Dayton, Ohio, USA
Dayton was founded on April 1, 1796, by 12 settlers known as the Thompson Party. They traveled in March from Cincinnati up the Great Miami River by pirogue and landed at what is now St. Clair Street, where they found two small camps of Native Americans. Among the Thompson Party was Benjamin Van Cleve, whose memoirs provide insights into the Ohio Valley's history. Two other groups traveling overland arrived several days later. The oldest surviving building is Newcom Tavern, which was used for various purposes, including housing Dayton's first church, which is still in existence.
Dayton is known as the "Gem City". The nickname's origin is uncertain, but several theories exist. In the early 19th century, a well-known racehorse named Gem hailed from Dayton. In 1845, an article published in the Cincinnati Daily Chronicle by an author known as T stated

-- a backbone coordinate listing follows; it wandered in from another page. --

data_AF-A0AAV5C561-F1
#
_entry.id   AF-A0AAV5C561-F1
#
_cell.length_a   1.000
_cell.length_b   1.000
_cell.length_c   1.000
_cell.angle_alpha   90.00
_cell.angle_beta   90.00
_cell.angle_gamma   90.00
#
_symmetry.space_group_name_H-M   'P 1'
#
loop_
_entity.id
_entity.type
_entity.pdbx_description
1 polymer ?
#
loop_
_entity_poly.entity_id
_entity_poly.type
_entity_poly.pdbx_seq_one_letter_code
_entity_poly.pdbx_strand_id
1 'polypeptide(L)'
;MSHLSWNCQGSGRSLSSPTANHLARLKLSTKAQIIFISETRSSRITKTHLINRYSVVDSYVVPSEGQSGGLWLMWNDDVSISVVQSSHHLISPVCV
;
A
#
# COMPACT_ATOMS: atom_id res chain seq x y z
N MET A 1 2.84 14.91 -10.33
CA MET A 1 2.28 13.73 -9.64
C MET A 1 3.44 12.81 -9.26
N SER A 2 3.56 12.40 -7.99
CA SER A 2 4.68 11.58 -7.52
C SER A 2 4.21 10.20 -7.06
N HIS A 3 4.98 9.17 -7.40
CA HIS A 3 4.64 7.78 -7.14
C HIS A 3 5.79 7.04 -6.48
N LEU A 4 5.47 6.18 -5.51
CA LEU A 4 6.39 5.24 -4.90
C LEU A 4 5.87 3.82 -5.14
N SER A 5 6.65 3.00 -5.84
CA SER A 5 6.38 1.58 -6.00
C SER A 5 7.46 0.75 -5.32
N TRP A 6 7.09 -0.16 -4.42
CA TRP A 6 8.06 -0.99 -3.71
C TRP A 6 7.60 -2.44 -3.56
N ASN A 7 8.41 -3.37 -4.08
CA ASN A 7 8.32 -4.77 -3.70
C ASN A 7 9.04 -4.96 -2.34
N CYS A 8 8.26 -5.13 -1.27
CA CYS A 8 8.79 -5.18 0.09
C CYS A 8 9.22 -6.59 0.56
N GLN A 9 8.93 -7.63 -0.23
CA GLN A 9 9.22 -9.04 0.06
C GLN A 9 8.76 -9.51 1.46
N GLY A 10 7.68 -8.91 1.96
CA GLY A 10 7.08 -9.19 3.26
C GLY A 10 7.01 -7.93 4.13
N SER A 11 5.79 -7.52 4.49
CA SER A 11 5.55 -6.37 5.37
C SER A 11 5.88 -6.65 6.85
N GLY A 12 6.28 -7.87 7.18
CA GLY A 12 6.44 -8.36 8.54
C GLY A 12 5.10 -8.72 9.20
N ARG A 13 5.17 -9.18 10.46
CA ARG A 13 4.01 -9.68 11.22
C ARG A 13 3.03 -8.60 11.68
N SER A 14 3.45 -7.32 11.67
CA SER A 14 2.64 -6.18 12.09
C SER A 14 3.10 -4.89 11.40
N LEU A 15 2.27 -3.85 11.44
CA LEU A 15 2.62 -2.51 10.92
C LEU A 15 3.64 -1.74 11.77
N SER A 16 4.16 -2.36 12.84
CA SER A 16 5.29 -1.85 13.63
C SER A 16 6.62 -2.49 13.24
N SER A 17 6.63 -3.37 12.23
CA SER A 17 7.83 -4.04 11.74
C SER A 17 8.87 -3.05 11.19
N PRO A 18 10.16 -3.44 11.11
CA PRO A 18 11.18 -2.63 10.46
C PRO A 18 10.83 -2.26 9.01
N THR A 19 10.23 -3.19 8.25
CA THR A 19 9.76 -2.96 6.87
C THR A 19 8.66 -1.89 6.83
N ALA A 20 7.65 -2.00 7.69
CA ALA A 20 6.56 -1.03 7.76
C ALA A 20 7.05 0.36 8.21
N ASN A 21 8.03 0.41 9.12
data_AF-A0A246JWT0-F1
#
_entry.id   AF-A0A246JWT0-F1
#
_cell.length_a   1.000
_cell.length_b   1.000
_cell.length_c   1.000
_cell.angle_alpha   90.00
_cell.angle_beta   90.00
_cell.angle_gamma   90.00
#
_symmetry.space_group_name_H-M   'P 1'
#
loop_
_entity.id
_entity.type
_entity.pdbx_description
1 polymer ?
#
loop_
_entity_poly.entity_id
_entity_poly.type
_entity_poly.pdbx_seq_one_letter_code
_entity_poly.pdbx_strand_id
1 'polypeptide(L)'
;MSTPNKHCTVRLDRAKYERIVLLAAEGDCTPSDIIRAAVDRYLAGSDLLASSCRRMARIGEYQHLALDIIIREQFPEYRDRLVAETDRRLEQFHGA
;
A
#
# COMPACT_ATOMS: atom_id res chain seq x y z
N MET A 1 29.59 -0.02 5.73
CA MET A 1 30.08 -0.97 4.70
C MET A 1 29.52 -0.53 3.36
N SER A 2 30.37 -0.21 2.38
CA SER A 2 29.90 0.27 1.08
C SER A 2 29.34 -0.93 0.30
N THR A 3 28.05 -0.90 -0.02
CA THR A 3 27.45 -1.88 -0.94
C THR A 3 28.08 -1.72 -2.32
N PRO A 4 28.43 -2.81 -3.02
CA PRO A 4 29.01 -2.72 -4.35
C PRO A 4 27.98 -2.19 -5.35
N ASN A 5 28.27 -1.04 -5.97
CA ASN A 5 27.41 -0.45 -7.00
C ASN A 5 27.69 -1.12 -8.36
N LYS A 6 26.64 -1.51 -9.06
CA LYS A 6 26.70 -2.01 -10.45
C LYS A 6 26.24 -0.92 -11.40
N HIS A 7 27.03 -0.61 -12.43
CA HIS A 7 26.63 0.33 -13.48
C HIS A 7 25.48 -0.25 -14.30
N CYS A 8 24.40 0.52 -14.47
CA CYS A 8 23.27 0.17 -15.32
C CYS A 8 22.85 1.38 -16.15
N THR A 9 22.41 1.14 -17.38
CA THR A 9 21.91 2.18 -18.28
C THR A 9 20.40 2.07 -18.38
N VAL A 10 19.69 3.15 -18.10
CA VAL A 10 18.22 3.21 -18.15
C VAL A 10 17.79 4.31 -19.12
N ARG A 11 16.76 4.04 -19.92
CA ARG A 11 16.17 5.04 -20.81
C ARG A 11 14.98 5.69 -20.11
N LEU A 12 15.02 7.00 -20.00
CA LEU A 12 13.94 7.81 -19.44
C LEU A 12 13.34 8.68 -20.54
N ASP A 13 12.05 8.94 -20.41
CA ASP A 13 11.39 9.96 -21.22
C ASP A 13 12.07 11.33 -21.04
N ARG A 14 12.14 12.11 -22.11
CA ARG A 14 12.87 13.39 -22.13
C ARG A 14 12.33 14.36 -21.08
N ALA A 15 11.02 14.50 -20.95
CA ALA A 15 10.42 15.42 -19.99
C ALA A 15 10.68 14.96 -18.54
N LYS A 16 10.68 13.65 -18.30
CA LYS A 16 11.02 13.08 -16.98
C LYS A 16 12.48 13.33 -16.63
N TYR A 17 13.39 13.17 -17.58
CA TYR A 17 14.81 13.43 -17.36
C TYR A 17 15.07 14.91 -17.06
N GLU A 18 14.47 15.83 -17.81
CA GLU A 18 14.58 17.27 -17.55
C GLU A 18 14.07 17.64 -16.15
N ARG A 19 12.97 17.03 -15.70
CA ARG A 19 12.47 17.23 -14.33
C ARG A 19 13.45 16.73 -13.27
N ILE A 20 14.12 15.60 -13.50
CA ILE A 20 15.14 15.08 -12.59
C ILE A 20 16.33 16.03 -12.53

In a small bend of the Great Miami River, with canals on the east and south, it can be fairly said, without infringing on the rights of others, that Dayton is the gem of all our interior towns. It possesses wealth, refinement, enterprise, and a beautiful country, beautifully developed.
In the late 1840s, Major William D. Bickham of the Dayton Journal began a campaign to nickname Dayton the "Gem City." The name was adopted by the city's Board of Trade several years later.
Also, Dayton ranked within the top 10% in the nation in arts and culture. In a 2012 readers' poll by American Style magazine, Dayton ranked #2 in the country among mid-size cities as an arts destination, ranking higher than larger cities such as Atlanta, St. Louis, and Cincinnati. Dayton is the home of the Dayton Art Institute.